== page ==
44

The Keras documentation could be improved here. After reading through this, I still do not understand what this does exactly: Keras.io.preprocessing.sequence.pad_sequences

Could someone illuminate what this function does, and ideally provide an example?

65

pad_sequences is used to ensure that all sequences in a list have the same length. By default this is done by padding 0 in the beginning of each sequence until each sequence has the same length as the longest sequence.

For example

>>> pad_sequences([[1, 2, 3], [3, 4, 5, 6], [7, 8]])
array([[0, 1, 2, 3],
       [3, 4, 5, 6],
       [0, 0, 7, 8]], dtype=int32)

[3, 4, 5, 6] is the longest sequence, so 0 will be padded to the other sequences so their length matches [3, 4, 5, 6].

If you rather want to pad to the end of the sequences you can set padding='post'.

If you want to specify the maximum length of each sequence you can use the maxlen argument. This will truncate all sequences longer than maxlen.

>>> pad_sequences([[1, 2, 3], [3, 4, 5, 6], [7, 8]], maxlen=3)
array([[1, 2, 3],
       [4, 5, 6],
       [0, 7, 8]], dtype=int32)

Now each sequence have the length 3 instead.

According to the documentation one can control the truncation with the pad_sequences. By default truncating is set to pre, which truncates the beginning part of the sequence. If you rather want to truncate the end part of the sequence you can set it to post.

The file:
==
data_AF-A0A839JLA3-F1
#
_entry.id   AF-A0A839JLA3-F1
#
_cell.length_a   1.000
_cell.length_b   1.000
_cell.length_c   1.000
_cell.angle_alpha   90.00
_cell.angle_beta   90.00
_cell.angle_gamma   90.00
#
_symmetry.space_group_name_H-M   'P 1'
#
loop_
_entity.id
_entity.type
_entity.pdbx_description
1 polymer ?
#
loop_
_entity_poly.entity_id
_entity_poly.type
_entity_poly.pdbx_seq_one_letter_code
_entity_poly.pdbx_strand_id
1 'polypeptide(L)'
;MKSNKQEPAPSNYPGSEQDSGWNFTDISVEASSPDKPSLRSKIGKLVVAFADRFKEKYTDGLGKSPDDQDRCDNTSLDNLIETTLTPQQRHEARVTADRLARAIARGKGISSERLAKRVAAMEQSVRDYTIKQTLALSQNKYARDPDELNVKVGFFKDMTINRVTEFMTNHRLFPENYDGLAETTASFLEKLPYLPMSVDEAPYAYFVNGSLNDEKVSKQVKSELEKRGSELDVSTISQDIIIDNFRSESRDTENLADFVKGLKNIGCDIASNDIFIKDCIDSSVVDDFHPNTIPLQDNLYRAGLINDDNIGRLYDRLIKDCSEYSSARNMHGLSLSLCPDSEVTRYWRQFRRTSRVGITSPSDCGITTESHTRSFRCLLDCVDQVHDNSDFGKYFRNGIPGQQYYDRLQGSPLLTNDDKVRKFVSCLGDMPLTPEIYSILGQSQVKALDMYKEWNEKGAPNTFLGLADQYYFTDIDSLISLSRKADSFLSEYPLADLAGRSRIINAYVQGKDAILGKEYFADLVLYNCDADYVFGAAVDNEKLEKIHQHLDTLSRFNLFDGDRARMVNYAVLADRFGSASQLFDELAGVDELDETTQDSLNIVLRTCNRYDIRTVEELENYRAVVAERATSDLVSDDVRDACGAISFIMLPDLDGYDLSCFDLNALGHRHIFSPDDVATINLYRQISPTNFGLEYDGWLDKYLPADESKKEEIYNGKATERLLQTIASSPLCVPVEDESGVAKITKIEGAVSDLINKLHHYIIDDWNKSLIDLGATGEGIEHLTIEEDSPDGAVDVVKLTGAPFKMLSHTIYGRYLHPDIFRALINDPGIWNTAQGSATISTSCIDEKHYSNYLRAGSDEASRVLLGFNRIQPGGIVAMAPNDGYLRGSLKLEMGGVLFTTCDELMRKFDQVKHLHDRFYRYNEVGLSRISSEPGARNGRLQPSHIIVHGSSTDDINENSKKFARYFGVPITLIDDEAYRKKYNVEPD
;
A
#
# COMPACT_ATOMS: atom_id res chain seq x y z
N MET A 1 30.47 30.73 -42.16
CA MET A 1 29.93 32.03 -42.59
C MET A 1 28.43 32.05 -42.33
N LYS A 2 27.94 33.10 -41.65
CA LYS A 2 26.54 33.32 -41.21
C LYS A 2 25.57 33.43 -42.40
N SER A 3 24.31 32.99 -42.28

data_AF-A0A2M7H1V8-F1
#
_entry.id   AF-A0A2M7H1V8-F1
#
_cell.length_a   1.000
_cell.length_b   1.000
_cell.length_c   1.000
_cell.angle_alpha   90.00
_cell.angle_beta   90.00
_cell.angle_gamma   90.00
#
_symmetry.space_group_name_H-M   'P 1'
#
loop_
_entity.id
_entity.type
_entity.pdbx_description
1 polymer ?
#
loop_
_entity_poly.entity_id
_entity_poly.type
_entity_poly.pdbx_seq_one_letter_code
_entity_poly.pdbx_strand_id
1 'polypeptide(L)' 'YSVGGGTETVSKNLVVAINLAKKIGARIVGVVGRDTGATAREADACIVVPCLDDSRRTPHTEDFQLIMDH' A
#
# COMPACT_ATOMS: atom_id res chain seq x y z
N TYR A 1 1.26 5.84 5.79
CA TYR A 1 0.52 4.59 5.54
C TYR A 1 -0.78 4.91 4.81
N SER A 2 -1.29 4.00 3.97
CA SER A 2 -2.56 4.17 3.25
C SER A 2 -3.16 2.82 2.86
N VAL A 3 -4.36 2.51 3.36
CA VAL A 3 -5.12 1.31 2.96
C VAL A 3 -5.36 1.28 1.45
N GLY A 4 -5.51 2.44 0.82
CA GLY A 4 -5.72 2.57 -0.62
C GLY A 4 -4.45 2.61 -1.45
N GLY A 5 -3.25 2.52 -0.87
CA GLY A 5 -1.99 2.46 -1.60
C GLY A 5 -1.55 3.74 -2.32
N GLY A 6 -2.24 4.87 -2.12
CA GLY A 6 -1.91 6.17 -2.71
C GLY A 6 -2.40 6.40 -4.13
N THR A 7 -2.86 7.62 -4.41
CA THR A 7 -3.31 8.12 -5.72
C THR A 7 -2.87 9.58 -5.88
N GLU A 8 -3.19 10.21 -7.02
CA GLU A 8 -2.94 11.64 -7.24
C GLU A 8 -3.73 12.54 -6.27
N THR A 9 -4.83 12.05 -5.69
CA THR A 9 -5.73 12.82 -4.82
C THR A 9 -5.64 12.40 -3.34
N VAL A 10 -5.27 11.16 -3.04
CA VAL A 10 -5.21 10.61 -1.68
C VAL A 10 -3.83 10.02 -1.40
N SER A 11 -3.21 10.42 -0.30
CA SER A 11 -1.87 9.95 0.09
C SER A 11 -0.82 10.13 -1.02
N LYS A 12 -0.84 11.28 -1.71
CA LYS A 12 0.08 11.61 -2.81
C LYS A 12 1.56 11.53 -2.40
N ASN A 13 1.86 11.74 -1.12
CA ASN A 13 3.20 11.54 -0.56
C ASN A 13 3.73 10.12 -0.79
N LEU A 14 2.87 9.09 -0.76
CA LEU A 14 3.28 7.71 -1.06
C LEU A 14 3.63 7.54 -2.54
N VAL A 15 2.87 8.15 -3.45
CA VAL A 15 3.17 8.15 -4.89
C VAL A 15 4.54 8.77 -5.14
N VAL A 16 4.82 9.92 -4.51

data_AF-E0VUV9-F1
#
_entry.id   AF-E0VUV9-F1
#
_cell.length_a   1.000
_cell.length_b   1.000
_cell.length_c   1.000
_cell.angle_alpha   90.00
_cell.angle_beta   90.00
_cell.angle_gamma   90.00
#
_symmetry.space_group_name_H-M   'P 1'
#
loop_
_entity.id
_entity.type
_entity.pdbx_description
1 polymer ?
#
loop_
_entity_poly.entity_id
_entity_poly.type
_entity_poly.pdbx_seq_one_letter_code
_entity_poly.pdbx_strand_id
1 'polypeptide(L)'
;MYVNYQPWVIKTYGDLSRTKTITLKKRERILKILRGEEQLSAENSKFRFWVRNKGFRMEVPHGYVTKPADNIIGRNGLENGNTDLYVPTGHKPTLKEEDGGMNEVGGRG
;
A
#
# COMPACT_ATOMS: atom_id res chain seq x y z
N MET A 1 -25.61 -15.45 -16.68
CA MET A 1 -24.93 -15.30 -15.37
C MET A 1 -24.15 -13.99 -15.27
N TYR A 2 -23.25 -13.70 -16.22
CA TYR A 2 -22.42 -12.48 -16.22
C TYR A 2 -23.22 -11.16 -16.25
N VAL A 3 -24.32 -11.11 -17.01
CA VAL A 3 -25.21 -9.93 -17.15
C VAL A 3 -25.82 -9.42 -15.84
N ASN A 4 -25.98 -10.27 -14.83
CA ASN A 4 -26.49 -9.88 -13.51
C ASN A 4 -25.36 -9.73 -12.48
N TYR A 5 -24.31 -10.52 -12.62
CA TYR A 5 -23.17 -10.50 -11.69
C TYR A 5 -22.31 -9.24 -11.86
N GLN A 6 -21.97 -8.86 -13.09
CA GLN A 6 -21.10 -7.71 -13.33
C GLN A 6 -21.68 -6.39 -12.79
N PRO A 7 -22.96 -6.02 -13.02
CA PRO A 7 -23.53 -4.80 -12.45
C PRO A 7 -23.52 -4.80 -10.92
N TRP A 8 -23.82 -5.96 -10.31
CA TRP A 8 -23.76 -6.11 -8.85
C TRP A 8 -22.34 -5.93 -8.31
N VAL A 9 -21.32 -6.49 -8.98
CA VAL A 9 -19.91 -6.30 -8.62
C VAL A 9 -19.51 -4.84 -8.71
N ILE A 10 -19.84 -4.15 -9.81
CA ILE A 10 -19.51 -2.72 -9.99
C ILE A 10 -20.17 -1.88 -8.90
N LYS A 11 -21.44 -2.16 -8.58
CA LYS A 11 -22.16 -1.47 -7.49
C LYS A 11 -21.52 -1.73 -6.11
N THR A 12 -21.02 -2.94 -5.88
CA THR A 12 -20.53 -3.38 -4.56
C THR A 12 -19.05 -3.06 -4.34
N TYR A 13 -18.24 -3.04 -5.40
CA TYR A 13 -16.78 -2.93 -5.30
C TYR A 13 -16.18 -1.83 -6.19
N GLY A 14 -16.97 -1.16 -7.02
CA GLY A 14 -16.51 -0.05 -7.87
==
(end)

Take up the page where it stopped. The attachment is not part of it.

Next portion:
5
  • while truncating sequences longer than maxlen, is the beginning part of the sequence always removed or the numbers are chosen randomly? – klew Dec 22 '18 at 9:13
  • 2
    @kasheemlew According to the documentation, you can control this with the truncating argument of pad_sequences. By default truncating is set to 'pre', which truncates the beginning part of the sequence. If you rather want to truncate the end part of the sequence you can set it to 'post'. – oscfri Jan 2 '19 at 8:53
  • @oscfri Any idea on how do you perform padding on tensor without using reshape as reshape breaks gradients flow in tensorflow – Deepak M Jan 5 '19 at 23:51
  • @DeepakM As I'm aware of reshape shouldn't break the gradient flow. I've done it many times without any issue. I'd recommend you to make a new question about your issue. Have you had a look at this question? – oscfri Jan 6 '19 at 15:28
  • Such an amazing explanation. Thank you very much – envi z Feb 24 '20 at 12:49
0

some examples:

>>> from keras.preprocessing.sequence import pad_sequences
>>> a = [[1, 2, 3], [3, 4, 5, 6], [7, 8]]

>>> # add the 0's on the beginning of sequences
>>> pad_sequences(a)
array([[0, 1, 2, 3],
       [3, 4, 5, 6],
       [0, 0, 7, 8]])

>>> # add the 0's on the end of sequences
>>> pad_sequences(a, padding="post")
array([[1, 2, 3, 0],
       [3, 4, 5, 6],
       [7, 8, 0, 0]])

>>> # add a limit length of sequences
>>> pad_sequences(a, maxlen=3)
array([[1, 2, 3],
       [4, 5, 6],
       [0, 7, 8]])


>>> # add a limit length on the end of sequences
>>> pad_sequences(a, maxlen=3, padding="post")
array([[1, 2, 3],
       [4, 5, 6],
       [7, 8, 0]])

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